China reports big jump in foreign capital inflows on reopening bets
SHANGHAI — Overseas investors increased their holdings of Chinese bonds in December, snapping a record 10-month spate of outflows, and capital inflows are expected to continue into the new year, the country’s foreign exchange regulator said.
Risk appetite improved and investor sentiment was boosted after Beijing abruptly dismantled most of its strict COVID-19 curbs in December and reopened borders earlier this month, fueling expectations for a solid economic rebound this year.
Foreign investors purchased a net $7.3 billion of Chinese bonds and another $8.4 billion of A-shares in December, according to the State Administration of Foreign Exchange (SAFE).
And foreigners added another $12.6 billion worth of Chinese stocks and bonds combined on a net basis in the first half of this month, it added.
Overseas institutional investors’ holdings of yuan-denominated bonds traded on China’s interbank market rose to 3.39 trillion yuan ($500.61 billion) at end-December from 3.33 trillion yuan a month earlier, the central bank’s Shanghai head office said.
But they still sold a net 610 billion yuan worth of yuan bonds last year, according to Reuters calculation based on the official data.
Cross-border flows are expected to become more stable this year, the regulator said, noting optimisation in COVID policies and pro-growth measures should help the economy rebound.
“Supported by the stabilization of the Chinese economic growth, the increasing attractiveness of yuan-denominated assets, and the prominence of the safe-haven properties of the yuan assets, foreign investors will continue to steadily invest in China’s securities markets,” the SAFE said in an online statement.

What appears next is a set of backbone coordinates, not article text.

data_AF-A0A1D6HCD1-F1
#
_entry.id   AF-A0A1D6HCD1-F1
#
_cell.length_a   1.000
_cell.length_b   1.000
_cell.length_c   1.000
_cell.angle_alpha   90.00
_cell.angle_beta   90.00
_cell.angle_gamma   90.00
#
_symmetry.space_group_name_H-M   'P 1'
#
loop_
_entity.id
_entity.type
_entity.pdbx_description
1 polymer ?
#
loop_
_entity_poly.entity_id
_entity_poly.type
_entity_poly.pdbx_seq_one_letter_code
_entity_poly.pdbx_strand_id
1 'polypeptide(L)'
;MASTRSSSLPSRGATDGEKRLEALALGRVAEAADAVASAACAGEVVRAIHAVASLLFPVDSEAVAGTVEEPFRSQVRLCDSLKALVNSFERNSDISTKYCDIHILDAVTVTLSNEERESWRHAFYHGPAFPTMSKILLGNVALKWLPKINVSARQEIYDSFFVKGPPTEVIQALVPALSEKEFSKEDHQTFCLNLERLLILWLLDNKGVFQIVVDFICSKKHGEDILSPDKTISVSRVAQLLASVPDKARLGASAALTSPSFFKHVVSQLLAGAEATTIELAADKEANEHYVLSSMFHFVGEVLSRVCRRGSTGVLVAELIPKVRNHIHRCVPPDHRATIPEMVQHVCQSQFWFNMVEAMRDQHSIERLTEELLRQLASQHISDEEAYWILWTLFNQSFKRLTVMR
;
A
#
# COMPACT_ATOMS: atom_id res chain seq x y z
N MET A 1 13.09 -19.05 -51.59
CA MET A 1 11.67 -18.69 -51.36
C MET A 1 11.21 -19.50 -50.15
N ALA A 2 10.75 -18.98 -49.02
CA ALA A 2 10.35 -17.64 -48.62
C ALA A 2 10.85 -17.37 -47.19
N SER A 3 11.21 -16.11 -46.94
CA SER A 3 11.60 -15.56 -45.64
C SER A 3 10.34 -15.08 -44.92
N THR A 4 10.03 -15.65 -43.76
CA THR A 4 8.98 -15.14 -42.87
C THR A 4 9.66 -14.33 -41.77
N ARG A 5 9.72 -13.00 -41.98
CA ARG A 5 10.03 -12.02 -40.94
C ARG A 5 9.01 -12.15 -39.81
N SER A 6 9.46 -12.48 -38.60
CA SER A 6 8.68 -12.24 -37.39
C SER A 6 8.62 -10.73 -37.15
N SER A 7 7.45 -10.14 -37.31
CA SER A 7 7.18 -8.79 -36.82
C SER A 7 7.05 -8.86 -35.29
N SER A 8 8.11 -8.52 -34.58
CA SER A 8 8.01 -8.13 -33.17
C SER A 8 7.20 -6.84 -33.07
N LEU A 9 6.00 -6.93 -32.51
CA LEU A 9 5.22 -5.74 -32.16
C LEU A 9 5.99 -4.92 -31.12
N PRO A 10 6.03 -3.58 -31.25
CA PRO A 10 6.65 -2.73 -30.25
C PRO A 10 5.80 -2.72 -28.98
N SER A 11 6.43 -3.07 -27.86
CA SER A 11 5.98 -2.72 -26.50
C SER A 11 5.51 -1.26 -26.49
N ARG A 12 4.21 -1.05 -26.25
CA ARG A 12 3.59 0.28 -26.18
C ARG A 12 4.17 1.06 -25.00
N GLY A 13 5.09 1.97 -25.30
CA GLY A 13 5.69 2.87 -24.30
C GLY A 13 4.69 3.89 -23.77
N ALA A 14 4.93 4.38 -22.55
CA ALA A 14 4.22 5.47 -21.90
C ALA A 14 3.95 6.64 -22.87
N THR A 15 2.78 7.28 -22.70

In less than three weeks of 2023, foreign buying of Chinese stocks has exceeded last year’s total as investors bet on the country’s rapid recovery after COVID-19 lockdowns were lifted.
Some investment banks, including ING, JPMorgan and Goldman Sachs, have already raised their growth prospects for China this year.
“With a stronger end to 2022 than we had expected, plus indications of stronger retail expenditure ahead, the outlook for GDP growth in 2023 has improved compared to our prior outlook,” said Iris Pang, Greater China economist at ING.
“That is not to ignore the fact that China still faces considerable headwinds, including external demand, with recessions likely in the U.S. and Europe this year.”
JPMorgan upgraded its 2023 China gross domestic product (GDP) growth forecast to 5.6% from 4.4% previously, while Goldman Sachs raised its forecast to 5.5% from 5.2% previously.
Economic growth slowed sharply to just 3.0% last year, one of its worst levels in nearly half a century, as activity was hit hard by the strict COVID curbs and a deep property market slump. ($1 = 6.7717 Chinese yuan) (Reporting by Winni Zhou and Brenda Goh; Editing by Kim Coghill)
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